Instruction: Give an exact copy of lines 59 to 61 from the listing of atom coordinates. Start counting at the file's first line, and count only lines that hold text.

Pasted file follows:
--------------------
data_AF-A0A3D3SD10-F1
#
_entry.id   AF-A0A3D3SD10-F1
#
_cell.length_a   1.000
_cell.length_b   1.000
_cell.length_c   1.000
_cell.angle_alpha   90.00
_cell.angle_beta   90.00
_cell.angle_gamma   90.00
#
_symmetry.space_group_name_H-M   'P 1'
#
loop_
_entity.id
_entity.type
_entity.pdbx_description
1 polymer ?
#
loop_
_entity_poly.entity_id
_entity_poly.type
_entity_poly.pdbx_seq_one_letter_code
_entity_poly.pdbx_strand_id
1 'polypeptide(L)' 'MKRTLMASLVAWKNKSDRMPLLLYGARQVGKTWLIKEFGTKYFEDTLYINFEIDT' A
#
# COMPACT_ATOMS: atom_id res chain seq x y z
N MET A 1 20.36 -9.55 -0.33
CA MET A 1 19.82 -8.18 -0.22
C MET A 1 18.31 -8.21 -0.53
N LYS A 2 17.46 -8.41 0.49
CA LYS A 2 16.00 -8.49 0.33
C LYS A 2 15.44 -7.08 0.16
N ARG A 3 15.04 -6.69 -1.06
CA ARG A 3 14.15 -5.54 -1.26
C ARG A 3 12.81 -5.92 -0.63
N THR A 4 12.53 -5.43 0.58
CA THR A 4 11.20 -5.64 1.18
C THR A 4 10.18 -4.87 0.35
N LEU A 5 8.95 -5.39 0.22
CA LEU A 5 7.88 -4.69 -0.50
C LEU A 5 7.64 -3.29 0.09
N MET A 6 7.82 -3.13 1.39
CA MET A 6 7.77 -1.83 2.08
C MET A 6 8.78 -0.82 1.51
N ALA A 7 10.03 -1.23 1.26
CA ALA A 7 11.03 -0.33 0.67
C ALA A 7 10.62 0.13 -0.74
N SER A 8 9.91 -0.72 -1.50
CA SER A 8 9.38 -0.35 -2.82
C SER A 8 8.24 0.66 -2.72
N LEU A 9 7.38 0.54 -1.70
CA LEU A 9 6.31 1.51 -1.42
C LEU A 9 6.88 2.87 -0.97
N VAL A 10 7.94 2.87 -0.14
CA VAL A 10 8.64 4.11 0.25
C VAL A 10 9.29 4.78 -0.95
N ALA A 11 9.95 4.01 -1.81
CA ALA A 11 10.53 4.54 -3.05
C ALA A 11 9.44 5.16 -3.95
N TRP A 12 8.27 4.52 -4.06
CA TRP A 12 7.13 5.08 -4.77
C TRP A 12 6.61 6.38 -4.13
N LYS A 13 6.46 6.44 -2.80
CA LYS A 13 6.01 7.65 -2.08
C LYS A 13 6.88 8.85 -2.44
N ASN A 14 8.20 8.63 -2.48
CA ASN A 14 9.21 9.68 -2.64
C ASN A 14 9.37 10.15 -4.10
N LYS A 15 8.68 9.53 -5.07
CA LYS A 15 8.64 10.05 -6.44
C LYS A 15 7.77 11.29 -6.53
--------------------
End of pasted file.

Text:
CA ALA A 11 10.53 4.54 -3.05
C ALA A 11 9.44 5.16 -3.95
N TRP A 12 8.27 4.52 -4.06